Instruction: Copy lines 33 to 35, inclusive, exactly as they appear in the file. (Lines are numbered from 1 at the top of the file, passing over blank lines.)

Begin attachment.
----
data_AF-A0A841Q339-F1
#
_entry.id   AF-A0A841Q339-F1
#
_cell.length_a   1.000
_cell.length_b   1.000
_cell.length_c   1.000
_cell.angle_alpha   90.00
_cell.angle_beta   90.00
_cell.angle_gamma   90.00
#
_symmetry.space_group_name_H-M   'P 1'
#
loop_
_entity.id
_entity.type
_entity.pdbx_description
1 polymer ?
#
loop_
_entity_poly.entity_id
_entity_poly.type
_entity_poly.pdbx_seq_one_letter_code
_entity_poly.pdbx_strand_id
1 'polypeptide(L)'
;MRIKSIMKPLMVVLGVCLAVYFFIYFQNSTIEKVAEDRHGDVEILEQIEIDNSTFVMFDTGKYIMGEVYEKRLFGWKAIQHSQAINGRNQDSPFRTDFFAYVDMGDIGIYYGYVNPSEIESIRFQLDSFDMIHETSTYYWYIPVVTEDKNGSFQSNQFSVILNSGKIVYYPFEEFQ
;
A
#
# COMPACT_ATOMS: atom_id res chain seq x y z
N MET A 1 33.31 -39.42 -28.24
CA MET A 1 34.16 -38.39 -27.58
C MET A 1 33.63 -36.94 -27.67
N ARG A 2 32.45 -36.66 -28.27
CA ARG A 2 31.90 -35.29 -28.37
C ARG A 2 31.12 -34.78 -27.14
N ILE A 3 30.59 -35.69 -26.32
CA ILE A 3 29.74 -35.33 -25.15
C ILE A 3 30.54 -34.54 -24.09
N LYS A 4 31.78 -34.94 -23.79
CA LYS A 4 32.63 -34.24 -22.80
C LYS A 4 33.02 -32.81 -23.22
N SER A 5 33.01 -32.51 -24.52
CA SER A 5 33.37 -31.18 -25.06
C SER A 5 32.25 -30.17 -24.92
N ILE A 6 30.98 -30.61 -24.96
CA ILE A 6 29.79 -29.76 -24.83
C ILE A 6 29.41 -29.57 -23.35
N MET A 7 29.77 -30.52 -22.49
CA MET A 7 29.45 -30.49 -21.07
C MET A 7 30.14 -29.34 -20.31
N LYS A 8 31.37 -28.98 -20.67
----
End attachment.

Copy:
C MET A 1 33.63 -36.94 -27.67
N ARG A 2 32.45 -36.66 -28.27
CA ARG A 2 31.90 -35.29 -28.37